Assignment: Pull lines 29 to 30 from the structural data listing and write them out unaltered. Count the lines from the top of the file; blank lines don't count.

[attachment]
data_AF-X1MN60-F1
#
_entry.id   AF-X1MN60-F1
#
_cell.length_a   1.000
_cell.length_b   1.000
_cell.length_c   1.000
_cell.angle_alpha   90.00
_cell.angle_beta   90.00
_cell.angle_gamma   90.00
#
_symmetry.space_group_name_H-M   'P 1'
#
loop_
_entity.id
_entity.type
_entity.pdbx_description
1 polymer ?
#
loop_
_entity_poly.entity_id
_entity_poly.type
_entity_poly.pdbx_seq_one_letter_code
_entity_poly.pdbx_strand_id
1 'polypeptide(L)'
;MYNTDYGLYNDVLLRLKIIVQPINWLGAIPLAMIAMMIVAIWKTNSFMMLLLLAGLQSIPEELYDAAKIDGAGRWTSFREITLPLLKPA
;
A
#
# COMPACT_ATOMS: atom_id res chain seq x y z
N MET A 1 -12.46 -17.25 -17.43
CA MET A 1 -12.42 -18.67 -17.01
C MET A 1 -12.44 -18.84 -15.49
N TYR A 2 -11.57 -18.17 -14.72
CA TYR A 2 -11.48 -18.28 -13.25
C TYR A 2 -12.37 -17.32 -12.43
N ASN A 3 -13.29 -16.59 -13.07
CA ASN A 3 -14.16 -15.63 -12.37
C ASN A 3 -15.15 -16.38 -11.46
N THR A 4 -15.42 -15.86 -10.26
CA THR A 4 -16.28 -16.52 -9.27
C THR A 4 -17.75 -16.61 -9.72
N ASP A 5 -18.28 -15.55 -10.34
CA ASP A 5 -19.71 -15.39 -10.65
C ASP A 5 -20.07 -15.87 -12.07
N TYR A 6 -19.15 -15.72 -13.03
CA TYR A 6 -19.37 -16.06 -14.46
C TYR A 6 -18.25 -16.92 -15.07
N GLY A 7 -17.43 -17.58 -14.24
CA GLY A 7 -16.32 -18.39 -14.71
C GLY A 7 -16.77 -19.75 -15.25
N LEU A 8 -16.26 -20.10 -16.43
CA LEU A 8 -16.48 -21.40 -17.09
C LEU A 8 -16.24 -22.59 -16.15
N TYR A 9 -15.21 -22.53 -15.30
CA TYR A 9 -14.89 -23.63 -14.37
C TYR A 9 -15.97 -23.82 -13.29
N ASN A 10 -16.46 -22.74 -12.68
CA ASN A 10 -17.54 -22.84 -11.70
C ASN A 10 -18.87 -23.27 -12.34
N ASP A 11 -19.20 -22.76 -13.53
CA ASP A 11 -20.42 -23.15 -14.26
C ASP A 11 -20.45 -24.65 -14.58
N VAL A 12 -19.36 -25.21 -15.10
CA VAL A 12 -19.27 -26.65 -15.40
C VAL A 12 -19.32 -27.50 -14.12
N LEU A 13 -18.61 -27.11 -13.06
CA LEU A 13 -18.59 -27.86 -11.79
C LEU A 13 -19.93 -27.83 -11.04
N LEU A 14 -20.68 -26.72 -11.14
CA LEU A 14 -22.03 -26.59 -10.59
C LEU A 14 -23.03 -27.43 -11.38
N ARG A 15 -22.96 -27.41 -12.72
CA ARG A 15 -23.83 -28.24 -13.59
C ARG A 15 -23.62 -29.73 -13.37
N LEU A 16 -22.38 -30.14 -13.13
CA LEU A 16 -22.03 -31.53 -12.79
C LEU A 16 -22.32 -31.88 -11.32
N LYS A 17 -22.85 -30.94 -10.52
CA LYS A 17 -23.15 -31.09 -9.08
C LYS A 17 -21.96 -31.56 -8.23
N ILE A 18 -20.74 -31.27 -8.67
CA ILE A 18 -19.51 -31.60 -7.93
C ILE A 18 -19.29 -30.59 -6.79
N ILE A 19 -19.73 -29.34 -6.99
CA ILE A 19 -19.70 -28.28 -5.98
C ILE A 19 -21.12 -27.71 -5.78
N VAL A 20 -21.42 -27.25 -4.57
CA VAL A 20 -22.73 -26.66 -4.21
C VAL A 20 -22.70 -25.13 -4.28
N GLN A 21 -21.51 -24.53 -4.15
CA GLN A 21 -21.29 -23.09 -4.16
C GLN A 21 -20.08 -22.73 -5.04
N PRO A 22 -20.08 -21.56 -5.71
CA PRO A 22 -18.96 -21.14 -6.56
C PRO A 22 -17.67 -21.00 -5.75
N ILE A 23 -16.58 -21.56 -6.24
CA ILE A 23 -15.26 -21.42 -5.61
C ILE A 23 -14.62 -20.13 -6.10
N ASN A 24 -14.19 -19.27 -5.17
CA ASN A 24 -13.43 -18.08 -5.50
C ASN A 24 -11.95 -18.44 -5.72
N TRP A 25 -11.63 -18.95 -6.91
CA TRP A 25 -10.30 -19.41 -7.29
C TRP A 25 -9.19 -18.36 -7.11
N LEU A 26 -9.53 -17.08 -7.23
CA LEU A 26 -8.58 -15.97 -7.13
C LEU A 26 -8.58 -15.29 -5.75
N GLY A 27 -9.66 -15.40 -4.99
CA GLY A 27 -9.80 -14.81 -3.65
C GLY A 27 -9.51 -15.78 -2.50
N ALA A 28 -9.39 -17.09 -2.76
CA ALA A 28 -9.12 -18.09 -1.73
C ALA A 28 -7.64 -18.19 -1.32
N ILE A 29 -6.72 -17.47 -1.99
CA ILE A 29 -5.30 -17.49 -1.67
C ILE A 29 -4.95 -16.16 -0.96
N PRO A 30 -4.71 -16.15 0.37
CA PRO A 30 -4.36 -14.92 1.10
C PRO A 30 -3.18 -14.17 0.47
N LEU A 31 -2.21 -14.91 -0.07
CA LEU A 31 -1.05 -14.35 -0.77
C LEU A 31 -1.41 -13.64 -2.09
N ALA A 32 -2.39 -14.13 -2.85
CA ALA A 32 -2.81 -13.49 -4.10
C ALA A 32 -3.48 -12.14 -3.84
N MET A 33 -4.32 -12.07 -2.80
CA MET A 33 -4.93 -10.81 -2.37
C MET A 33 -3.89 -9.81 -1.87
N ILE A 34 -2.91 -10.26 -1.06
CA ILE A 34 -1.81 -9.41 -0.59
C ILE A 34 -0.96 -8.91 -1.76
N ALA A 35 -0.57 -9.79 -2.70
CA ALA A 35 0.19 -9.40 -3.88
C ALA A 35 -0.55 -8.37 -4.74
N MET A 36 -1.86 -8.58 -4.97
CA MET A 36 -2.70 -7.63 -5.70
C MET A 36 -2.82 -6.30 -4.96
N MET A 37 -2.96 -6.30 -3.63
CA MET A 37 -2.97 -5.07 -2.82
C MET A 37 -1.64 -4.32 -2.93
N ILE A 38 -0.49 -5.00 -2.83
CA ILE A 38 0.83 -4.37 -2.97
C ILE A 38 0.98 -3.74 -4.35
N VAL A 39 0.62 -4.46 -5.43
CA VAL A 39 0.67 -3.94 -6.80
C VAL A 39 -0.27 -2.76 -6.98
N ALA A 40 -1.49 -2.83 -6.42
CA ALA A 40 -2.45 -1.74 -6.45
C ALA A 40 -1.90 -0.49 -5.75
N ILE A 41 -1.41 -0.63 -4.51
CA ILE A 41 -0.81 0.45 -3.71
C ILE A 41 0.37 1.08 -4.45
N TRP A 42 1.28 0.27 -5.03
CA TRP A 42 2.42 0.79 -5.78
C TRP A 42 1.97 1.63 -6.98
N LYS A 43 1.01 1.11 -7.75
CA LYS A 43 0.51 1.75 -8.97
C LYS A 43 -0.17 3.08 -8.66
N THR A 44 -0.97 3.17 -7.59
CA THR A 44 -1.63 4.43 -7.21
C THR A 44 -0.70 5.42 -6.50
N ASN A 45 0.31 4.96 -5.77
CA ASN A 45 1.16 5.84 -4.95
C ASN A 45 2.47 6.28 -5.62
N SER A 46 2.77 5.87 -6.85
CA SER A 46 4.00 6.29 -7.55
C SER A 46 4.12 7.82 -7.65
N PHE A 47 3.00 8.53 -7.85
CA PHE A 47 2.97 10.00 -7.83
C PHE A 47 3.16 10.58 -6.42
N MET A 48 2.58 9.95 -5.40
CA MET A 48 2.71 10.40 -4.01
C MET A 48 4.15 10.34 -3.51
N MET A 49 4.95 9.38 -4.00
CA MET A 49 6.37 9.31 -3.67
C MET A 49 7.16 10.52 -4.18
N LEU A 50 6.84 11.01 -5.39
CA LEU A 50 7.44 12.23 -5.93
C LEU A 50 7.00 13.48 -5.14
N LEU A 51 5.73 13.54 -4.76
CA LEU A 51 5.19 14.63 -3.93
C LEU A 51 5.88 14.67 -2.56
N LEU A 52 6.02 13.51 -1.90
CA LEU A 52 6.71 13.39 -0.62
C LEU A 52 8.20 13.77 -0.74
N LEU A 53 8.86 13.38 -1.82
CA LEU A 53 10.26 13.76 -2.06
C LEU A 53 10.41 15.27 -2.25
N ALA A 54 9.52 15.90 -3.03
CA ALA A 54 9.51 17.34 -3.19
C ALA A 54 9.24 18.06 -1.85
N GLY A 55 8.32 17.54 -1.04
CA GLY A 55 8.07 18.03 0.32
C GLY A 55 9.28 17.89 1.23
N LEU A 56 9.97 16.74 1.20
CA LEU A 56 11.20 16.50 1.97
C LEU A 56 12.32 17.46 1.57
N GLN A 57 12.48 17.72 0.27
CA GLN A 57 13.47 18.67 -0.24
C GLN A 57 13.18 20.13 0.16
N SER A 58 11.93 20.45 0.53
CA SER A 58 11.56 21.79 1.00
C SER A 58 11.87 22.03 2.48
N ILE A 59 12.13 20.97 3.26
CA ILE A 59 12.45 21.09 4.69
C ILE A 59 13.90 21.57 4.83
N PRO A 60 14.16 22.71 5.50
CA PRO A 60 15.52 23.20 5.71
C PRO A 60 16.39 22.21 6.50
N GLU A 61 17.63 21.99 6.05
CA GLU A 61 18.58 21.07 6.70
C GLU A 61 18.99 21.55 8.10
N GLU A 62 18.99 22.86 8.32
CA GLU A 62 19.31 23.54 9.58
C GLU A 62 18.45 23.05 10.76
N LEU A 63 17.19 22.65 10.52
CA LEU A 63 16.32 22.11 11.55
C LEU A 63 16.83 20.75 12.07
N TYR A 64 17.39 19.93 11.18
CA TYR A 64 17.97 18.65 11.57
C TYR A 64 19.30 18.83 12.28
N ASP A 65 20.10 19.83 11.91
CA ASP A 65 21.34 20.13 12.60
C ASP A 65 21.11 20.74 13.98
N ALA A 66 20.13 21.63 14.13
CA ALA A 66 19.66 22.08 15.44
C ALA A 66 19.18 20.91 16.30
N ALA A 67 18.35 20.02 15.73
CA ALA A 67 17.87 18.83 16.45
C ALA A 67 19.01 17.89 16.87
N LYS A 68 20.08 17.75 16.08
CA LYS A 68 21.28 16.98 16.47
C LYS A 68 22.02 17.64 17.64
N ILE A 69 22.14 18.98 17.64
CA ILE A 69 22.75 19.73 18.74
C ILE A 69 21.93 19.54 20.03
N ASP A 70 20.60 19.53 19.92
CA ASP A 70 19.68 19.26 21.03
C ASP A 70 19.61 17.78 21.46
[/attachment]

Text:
#
# COMPACT_ATOMS: atom_id res chain seq x y z